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Thanks for the replies. I used 4 HI because after the tree was cut it fell and I was sitting on the road pulling it out of the field. I didn't want to use 4LO on the dry road. Lesson Learned. I changed the T. Case Fluid Already. The stuff that came out was clean and blue.

 

I am going to change the tranny fluid and hope I didn't do ant long term damage.

 

The truck still runs and drives fine.

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Forgive me for asking the obvious:  why didn't you cut up the tree into say three equal sections and pull each?  It would have been a lot easier on the truck.   Pulling a whole large tree would be something I could do with my deuce and a half, but that's not a pickup truck.

 

 

 

 

 

Not sure this would have helped much because most of the load would have been the root and dirt ball on the tree.

 

 

 

 

 

Yes, it would have helped because If he towed just the roots and dirt, it would have been very easy. The weight added by the tree trunk is very substantial, plus it will not allow the roots to bounce up over obstacles, as is the case if you just tow the roots. I have done this without any problem with a compact Nissan pickup.

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Thanks for the replies.  I used 4 HI because after the tree was cut it fell and I was sitting on the road pulling it out of the field.  I didn't want to use 4LO on the dry road. 

 

 

4LO on dry pavement is not harder on the Tcase than 4HI but as you learn, HI is a lot harder on engine and tranny.

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Yes, it would have helped because If he towed just the roots and dirt, it would have been very easy.  The weight added by the tree trunk is very substantial, plus it will not allow the roots to bounce up over obstacles, as is the case if you just tow the roots.  I have done this without any problem with a compact Nissan pickup.

 

 

 

 

 

I would not be so sure. I have cleard my fair share of woods and removed trees seperately as well but I usually use a dozer or a backhoe. I cleared about 1 acre to the ground on my property last fall with a 95 hp 10 ton dozer and some of the trees were about 30 to 40 feet tall. (dozers are great for clearing fence lines too) The heaviest part by far is usually the root ball on pine tree because they have a lot of fine roots close in that tend to hold a large and heavy ball. Hardwood trees are a bit different because they have a wide area of roots that are not as dense and when you push them out with a dozer you usually break the main roots and not bring up as much dirt.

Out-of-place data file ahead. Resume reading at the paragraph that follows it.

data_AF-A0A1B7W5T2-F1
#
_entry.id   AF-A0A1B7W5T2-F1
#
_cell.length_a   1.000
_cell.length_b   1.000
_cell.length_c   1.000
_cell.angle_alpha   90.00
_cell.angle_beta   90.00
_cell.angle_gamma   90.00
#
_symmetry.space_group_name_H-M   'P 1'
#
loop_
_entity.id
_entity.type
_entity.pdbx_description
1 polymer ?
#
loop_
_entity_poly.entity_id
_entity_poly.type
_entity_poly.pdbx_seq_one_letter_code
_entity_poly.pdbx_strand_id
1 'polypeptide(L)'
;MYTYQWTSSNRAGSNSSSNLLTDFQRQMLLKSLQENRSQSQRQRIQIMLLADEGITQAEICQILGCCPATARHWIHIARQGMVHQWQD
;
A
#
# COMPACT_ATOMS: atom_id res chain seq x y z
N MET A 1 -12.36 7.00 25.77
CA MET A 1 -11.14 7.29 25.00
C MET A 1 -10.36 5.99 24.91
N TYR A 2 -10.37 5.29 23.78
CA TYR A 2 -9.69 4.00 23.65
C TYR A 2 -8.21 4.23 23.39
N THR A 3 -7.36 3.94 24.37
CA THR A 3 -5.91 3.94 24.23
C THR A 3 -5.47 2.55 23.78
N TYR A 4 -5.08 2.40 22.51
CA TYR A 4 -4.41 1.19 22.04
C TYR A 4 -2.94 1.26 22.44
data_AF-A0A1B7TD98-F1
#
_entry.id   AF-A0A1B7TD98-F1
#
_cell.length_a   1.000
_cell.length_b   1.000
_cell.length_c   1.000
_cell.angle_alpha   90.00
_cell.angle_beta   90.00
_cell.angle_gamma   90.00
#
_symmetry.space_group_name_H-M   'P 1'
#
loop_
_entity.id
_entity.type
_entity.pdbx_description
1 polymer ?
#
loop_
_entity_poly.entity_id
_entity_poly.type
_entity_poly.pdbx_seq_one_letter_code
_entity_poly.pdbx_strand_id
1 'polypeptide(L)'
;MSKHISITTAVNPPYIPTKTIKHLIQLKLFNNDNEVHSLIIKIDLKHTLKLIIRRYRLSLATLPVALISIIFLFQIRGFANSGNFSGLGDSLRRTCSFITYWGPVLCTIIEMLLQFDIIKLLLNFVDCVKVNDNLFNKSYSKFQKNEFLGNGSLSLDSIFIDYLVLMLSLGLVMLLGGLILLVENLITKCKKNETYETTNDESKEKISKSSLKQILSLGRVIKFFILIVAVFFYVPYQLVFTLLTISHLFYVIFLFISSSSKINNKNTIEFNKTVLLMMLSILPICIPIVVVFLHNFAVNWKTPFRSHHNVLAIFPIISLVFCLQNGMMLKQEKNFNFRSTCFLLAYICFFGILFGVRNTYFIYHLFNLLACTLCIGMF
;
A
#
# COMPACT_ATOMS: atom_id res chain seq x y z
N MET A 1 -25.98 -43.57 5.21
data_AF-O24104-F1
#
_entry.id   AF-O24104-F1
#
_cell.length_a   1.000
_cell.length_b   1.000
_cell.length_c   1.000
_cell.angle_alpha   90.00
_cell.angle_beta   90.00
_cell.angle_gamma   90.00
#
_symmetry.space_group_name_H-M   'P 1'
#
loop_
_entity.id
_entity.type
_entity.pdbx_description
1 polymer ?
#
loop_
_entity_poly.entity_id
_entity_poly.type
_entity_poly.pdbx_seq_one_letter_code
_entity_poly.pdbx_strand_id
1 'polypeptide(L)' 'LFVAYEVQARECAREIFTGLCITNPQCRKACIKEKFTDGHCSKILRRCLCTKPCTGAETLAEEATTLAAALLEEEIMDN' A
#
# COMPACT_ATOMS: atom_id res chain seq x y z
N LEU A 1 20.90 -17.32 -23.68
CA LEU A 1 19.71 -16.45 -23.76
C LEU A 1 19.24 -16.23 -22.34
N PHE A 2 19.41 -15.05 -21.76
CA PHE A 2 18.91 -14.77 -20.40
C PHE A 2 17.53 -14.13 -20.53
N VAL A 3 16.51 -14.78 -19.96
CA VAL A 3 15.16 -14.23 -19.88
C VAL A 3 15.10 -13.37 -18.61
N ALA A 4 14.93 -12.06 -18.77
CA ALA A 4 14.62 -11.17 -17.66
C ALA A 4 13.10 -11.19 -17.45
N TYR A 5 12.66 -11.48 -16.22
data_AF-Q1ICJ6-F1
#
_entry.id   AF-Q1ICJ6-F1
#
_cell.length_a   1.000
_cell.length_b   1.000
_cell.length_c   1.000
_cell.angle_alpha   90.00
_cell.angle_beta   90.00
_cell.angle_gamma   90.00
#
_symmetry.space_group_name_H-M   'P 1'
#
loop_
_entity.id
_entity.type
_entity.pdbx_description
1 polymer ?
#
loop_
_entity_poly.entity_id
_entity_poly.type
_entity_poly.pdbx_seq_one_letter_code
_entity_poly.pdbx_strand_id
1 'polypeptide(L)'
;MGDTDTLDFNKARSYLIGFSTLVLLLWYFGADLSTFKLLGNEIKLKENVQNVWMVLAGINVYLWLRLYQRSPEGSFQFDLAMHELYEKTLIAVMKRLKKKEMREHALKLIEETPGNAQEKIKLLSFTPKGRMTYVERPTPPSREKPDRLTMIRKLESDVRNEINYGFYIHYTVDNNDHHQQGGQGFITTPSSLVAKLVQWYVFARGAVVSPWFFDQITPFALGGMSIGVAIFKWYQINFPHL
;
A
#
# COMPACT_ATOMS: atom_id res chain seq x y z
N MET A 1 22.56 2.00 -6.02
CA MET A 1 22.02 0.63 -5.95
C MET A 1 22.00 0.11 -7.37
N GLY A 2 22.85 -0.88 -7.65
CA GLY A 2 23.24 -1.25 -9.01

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Yes, it would have helped because If he towed just the roots and dirt, it would have been very easy.  The weight added by the tree trunk is very substantial, plus it will not allow the roots to bounce up over obstacles, as is the case if you just tow the roots.  I have done this without any problem with a compact Nissan pickup.

 

 

 

 

 

I would not be so sure. I have cleard my fair share of woods and removed trees seperately as well but I usually use a dozer or a backhoe. I cleared about 1 acre to the ground on my property last fall with a 95 hp 10 ton dozer and some of the trees were about 30 to 40 feet tall. (dozers are great for clearing fence lines too) The heaviest part by far is usually the root ball on pine tree because they have a lot of fine roots close in that tend to hold a large and heavy ball. Hardwood trees are a bit different because they have a wide area of roots that are not as dense and when you push them out with a dozer you usually break the main roots and not bring up as much dirt.

 

 

 

 

 

He still probably would have had an easier time of it, because instead of pulling the WHOLE tree (which probably WELL exceeded his max tow rating if it's as big as he's making it sound), he would have been pulling smaller chunks that simply would have weighed less. less weight=easier to move.

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He still probably would have had an easier time of it, because instead of pulling the WHOLE tree (which probably WELL exceeded his max tow rating if it's as big as he's making it sound), he would have been pulling smaller chunks that simply would have weighed less. less weight=easier to move.

 

 

 

 

 

Maybe but speaking from experaince the root ball on pine tree can be very heavy and the skid a lot harder than a tree trunk does. This tow rating comparison is a can of worms in that safe drawbar pull (the actually pulling force safely developed) is the issue here not its tow capacity. I have a 27 HP 52 year old JD traactor that will outpull a empty 4x4 pickup on soft ground. He would not of hurt anything if he had used low range as he would have been traction limited. (as long as he did not do some hard snap and jerks)